Previews Noncholinergic Neurons in the Basal Forebrain: Often Neglected but Motivationally Salient Brian Lau1,* and C. Daniel Salzman1,2,3,* 1Department
of Neuroscience, Columbia University of Psychiatry, Columbia University 3New York State Psychiatric Institute 1051 Riverside Drive, Unit 87, New York, NY 10032, USA *Correspondence: [email protected]
(B.L.), [email protected]
(C.D.S.) DOI 10.1016/j.neuron.2008.06.017 2Department
Although noncholinergic neurons in the basal forebrain are known to contribute to cognition, their response properties in behaving animals is unclear. In this issue of Neuron, Lin and Nicolelis demonstrate that these neurons represent the motivational salience of sensory stimuli and may modulate cortical processing to direct top-down attention.
Directing attention to relevant sensory stimuli is critical for survival because attention can facilitate perception, learning, and action. But what makes a sensory stimulus relevant? One property that clearly contributes is the motivational salience of a stimulus; if a stimulus either predicts a reward or punishment, or if it is reinforcing in and of itself, by definition the stimulus may be labeled motivationally salient. Therefore, understanding how the brain represents motivationally salient stimuli may be fundamental to understanding the top-down control of attention. In principle, the brain need not explicitly encode motivational salience at the level of single neurons, as appetitive and aversive brain circuits could independently influence mechanisms for attention. Alternatively, individual neurons could represent motivational salience per se, and this response property could arise from the convergence of information carried by appetitive and aversive systems. Until recently, relatively few studies examined single-neuron response properties in the context of both rewards and punishments; progress on understanding the relationship between motivational salience and attention has therefore been limited. In this issue of Neuron, Lin and Nicolelis (2008) push the field forward by examining the neural responses properties of an oft-neglected member of the basal forebrain—the noncholinergic neurons—in the context of rewards, punishments, and attentional performance. A large body of evidence supports the idea that projections from the basal fore-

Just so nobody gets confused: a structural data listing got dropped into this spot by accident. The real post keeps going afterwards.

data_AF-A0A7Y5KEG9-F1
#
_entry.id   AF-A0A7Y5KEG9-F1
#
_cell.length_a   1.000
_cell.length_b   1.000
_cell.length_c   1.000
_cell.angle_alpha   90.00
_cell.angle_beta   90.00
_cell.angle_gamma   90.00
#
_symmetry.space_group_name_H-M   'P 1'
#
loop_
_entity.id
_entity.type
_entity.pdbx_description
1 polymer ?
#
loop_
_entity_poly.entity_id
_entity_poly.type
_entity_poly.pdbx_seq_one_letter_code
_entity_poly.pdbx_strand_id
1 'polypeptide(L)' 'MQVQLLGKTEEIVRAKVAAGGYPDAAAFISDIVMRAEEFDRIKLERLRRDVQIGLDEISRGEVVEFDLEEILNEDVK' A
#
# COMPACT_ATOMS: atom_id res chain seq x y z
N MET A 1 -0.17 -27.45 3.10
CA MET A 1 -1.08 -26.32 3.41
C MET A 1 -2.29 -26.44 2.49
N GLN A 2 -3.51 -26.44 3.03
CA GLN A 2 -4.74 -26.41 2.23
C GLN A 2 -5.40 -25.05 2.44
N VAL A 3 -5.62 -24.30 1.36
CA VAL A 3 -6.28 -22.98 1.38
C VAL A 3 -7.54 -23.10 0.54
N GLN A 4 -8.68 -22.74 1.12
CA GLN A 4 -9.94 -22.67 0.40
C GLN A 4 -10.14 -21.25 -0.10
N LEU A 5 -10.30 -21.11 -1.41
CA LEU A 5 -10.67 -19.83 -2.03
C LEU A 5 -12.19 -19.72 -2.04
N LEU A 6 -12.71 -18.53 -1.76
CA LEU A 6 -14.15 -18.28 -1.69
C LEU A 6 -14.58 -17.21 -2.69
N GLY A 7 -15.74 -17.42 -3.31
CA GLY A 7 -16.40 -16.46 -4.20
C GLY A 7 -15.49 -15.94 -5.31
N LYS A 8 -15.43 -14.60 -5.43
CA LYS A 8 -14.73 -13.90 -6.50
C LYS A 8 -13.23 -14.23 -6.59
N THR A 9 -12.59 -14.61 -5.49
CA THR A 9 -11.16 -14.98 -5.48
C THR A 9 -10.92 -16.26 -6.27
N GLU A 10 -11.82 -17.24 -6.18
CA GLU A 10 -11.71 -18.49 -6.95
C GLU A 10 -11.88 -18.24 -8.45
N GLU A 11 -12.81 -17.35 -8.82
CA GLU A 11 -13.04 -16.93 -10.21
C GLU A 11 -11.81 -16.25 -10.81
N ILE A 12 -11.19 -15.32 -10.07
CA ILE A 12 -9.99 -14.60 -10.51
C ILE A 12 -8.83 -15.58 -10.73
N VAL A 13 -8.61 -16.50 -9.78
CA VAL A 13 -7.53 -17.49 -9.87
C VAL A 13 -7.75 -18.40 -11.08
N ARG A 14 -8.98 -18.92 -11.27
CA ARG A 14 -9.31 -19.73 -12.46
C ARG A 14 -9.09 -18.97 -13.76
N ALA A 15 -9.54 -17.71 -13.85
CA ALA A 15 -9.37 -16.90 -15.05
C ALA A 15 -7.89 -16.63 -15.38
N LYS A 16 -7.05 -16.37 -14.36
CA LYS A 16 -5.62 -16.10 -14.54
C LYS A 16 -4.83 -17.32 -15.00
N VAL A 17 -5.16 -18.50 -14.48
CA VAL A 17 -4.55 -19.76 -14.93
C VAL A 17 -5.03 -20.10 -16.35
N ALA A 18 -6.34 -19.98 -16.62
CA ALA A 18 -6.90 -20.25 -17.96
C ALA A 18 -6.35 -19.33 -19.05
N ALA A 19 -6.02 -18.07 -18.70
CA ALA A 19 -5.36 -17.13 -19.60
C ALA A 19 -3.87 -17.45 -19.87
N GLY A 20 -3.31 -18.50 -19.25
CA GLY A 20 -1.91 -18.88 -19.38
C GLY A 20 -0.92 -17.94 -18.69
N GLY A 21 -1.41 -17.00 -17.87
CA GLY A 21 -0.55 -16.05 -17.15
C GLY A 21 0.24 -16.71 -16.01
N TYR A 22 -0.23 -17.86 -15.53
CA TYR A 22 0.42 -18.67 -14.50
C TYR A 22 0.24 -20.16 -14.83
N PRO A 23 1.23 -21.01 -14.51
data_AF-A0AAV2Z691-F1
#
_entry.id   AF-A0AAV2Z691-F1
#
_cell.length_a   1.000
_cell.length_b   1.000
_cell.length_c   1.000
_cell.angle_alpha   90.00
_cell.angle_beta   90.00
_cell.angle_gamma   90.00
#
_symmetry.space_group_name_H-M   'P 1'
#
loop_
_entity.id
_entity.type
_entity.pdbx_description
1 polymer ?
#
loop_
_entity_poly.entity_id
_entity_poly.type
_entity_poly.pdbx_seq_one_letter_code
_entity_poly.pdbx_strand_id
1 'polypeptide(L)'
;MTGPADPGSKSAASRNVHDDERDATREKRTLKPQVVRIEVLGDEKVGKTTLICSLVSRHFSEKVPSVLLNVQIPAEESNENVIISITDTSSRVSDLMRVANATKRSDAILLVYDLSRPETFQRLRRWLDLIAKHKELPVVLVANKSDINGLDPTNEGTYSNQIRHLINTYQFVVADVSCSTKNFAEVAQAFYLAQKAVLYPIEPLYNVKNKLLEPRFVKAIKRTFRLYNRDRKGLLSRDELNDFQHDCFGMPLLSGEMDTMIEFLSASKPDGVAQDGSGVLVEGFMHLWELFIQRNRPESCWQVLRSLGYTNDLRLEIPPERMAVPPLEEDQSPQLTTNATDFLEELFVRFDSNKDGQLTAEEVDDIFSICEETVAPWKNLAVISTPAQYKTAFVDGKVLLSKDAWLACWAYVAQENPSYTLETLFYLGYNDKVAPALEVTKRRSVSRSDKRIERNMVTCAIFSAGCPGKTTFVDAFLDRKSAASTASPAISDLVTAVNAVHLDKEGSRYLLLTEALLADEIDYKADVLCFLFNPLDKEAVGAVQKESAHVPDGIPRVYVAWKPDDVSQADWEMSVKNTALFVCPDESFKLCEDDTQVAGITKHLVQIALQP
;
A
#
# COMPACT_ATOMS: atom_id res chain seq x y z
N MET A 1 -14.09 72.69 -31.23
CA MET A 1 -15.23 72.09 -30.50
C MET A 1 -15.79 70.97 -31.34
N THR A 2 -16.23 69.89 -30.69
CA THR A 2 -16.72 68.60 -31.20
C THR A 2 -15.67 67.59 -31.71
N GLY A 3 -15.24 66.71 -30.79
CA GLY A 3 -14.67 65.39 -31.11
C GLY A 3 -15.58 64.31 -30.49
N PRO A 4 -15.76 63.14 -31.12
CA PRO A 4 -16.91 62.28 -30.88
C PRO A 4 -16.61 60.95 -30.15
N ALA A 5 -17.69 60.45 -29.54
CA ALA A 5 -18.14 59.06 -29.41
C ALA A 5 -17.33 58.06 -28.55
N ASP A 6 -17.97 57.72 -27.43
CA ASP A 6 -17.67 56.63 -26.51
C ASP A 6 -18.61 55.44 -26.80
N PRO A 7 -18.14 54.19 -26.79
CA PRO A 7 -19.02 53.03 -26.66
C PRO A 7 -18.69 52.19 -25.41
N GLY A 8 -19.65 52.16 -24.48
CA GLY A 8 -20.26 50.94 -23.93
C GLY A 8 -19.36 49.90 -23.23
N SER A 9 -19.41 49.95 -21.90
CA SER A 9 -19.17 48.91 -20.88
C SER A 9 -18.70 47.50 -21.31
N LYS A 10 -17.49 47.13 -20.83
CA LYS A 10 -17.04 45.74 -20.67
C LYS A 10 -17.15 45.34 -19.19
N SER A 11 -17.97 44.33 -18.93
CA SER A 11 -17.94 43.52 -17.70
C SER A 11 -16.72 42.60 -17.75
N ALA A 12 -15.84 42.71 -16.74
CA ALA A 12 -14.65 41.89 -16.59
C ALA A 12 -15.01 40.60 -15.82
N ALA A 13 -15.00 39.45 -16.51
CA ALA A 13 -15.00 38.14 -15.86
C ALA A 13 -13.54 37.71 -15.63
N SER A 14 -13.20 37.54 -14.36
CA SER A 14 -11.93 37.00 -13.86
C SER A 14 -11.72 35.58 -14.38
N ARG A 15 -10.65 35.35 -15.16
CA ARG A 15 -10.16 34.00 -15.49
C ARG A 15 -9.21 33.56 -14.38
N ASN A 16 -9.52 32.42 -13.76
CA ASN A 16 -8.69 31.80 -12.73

brain are important for modulating cortical excitability and influencing different types of attention (Everitt and Robbins, 1997). Prior experimental work in these brain regions has largely focused on the neocortical cholinergic projections, in part because the neurons of origin in the nucleus basalis of Meynert selectively degenerate in Alzheimer’s disease (Whitehouse et al., 1982). Improved lesioning techniques with greater selectivity for cholinergic neurons have helped demonstrate that cholinergic projections to cortical and subcortical structures are important for attending to salient sensory stimuli (Everitt and Robbins, 1997). Importantly, attempts to integrate these newer results with those using less selective excitotoxins suggest that the noncholinergic neurons in the basal forebrain also play important roles in learning, memory, and attention (Everitt and Robbins, 1997). The noncholinergic neurons are comprised of GABAergic neurons as well as neurons with the capacity to synthesize glutamate (Gritti et al., 2006). These neurons are intermingled with cholinergic neurons, and a sizable fraction project to cortex in parallel with cholinergic neurons (Gritti et al., 1997). Indeed, the GABAergic corticopetal component is equivalent or larger than the cholinergic component, which itself constitutes only about 5% of this diverse basal forebrain neuronal population (Gritti et al., 2006). Previous attempts to understand the physiological properties of the different cell types in the basal forebrain during natural behaviors have been hampered by the
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